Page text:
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Verisity eyes 10x verification boost with VPA

Posted: 09 Jun 2004 ?? ?Print Version ?Bookmark and Share

Keywords:verisity? verification process automation? vpa? specman elite? xsim?

Targeting a 10x improvement in verification productivity, Verisity Ltd hopes to address the growing complexity in IC development with a series of applications for both engineering-level and project-level problems. Verification Process Automation (VPA) solutions combine processes with automation to simplify verification, which improves engineers' productivity and predictability toward closure.

VPA includes a set of tools aimed at improving productivity, the number of bugs found during verification, and the amount of data that can be filtered and managed. The vManager verification management tool automates the management of complex verification projects and guides verification from planning and goal setting to closure. It helps provide managers the visibility on how human and computing resources are being used. Verisity also takes verification to the system/SoC level with System Verification Methodology (sVM), a pre-packaged verification knowledge-transfer system that offers 10x automation power for SoC and system-level designs.

Functional verification

New PDAs, cellphones and multimedia entertainment devices have a tremendous amount of functionality. "From a design standpoint, this translates into higher complexity in terms of gates. As manufacturers add more features into their products, the added complexity puts a heavier burden on engineers and resources," said Glaser.

Verification tasks for a typical cellphone design include hardware blocks, A/D interfaces, hardware/firmware, chip and system verification. "As design size increases, there is a corresponding increase in verification complexity," added Glaser. "For every growth in complexity, there is an exponential growth in verification complexity."

The huge market potential in China has pushed the growth of cellphone ODMs in the country. But the increasing complexity of these cellphones has made it difficult for companies to catch up. VPA can reduce the time spent on functional verification of cellphone chips.

Functional verification is considered to be a major stumbling block in the IC development cycle. In a 2003 study by Collett International Research Inc., 67 percent of all errors are logical and functional failures. It is estimated that as much as 70 percent of the entire design cycle is spent on verification. Incomplete verification is the source of about 60 percent of all respins, which can cost millions of dollars and result in wasted labor and missed opportunities.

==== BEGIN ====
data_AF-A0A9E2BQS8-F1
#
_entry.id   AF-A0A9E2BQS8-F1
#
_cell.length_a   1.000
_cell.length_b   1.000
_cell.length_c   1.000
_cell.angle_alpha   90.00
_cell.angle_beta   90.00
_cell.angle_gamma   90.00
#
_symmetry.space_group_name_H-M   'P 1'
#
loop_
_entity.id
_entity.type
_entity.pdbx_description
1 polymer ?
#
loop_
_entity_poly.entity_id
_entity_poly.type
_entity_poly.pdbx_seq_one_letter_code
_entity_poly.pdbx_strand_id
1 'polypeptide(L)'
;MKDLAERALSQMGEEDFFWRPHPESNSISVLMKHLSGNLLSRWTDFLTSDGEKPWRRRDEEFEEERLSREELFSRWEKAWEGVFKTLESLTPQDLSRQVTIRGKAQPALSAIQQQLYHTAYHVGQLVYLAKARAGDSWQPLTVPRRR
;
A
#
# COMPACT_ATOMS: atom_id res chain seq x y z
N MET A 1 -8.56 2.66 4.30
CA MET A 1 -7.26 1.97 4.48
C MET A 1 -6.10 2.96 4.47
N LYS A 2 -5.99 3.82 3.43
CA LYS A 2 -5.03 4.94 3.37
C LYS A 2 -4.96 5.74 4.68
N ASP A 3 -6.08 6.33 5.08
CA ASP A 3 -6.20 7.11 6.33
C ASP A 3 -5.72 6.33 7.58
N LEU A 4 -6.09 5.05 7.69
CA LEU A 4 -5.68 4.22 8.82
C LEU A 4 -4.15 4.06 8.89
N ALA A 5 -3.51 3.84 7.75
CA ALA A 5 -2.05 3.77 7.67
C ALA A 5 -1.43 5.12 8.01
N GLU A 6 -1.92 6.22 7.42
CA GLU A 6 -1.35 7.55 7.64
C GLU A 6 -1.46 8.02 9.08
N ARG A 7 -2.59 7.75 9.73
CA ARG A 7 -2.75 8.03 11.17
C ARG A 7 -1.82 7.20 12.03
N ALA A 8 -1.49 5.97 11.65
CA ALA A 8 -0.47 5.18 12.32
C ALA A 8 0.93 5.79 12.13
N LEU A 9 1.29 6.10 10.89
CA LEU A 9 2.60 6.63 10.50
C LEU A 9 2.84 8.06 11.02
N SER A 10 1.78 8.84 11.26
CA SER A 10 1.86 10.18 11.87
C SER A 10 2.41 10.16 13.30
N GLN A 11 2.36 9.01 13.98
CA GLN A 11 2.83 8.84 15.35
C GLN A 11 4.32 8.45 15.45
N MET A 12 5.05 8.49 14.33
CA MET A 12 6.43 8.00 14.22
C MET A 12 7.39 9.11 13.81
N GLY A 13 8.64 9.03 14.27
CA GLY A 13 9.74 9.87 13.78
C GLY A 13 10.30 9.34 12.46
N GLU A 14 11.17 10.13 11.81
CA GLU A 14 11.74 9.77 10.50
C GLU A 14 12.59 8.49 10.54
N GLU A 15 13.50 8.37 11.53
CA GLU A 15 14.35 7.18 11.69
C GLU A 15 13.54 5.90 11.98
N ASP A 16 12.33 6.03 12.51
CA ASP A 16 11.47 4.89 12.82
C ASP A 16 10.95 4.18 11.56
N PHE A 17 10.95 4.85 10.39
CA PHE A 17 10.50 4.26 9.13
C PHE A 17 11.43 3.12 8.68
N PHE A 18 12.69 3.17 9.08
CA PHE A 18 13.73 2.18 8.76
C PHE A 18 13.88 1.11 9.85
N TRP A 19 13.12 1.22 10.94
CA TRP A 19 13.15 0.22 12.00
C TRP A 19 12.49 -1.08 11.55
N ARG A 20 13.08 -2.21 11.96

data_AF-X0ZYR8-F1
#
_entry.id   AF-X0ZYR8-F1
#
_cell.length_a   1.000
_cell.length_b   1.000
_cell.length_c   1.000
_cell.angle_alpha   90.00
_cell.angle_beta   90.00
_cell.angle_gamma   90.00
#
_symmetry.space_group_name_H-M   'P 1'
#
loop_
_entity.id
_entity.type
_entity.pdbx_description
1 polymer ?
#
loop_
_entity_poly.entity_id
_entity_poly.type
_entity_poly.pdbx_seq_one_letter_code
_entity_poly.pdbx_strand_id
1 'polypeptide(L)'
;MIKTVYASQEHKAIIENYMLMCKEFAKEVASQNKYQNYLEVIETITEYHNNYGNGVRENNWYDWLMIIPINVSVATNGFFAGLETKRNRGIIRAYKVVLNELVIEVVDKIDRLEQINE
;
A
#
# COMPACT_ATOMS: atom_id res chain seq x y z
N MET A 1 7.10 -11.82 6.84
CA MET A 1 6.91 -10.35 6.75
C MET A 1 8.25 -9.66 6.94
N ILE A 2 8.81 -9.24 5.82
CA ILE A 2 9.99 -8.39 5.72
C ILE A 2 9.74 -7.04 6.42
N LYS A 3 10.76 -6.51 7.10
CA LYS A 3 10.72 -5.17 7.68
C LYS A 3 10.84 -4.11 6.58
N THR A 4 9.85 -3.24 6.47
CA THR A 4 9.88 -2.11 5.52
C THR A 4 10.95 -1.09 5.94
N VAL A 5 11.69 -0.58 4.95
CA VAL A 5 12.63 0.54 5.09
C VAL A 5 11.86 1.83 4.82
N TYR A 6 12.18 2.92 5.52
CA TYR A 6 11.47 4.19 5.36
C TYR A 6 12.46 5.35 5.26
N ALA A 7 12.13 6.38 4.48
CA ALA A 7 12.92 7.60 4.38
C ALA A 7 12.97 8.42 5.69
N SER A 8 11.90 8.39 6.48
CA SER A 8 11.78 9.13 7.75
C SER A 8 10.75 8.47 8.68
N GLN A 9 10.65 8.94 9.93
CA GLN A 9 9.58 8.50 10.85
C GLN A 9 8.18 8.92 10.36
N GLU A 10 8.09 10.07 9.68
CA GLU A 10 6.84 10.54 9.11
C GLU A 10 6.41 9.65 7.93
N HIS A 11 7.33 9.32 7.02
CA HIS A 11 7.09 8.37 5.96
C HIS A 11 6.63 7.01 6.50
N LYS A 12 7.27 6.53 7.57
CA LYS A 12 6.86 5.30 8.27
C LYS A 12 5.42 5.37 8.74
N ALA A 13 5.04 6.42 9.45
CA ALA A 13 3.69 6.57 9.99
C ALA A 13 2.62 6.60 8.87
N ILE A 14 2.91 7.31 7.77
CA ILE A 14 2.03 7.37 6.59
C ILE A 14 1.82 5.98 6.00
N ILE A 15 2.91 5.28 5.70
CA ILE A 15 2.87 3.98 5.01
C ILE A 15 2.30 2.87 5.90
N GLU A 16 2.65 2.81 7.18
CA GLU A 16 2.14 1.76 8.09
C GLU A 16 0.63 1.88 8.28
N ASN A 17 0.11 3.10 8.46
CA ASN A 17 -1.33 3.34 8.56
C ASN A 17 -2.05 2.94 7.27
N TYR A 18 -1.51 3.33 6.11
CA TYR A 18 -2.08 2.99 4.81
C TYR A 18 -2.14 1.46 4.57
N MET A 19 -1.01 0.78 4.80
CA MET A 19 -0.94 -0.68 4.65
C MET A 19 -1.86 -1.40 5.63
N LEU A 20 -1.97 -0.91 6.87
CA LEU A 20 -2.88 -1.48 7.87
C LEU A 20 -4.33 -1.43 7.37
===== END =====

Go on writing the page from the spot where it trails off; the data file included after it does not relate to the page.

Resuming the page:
According to the recent Gartner Dataquest EDA Market Trends report, "EDA 2003: Past the Inflection Point," Verisity commanded 55 percent of the Electronic System Level (ESL) Test and Verification market in 2002. Aside from big competitors including Synopsys, Verisity also competes with some of its potential customers, such as major systems and IC companies, who have in-house verification teams.

With organizational structures becoming flatter and companies doing more outsourcing of non-core functions, VPA allows customers to focus on their core competencies and leave verification tool development to the specialists. Verisity believes that it will continue to face increased competition from existing and new entrants in the verification space. This highlights a major challenge for the company--how to convince engineers that its VPA solutions are better than their in-house tools.

In a recent move, Verisity bundled its Specman Elite verification process automation solution with Xsim, a mixed-language simulator from its recent acquisition, Axis Systems Inc. The new product offering called SpeXsim combines testbench automation with third-generation simulation. Verisity looks at SpeXsim as a step forward in providing the right tools to its customers. "We're also enabling the mainstream engineering community to more easily adopt these verification solutions and significantly lower their total project costs and risks," said Glaser.

The SpeXsim offering starts at $33,000 and runs on Linux and Solaris OSs. A separate Specman Elite tool usually sells for $22,000, while Xsim sells for about the same price. SpeXsim features direct-kernel integration between Specman Elite and Xsim.

- Dave Ledesma

Electronic Engineering Times - Asia





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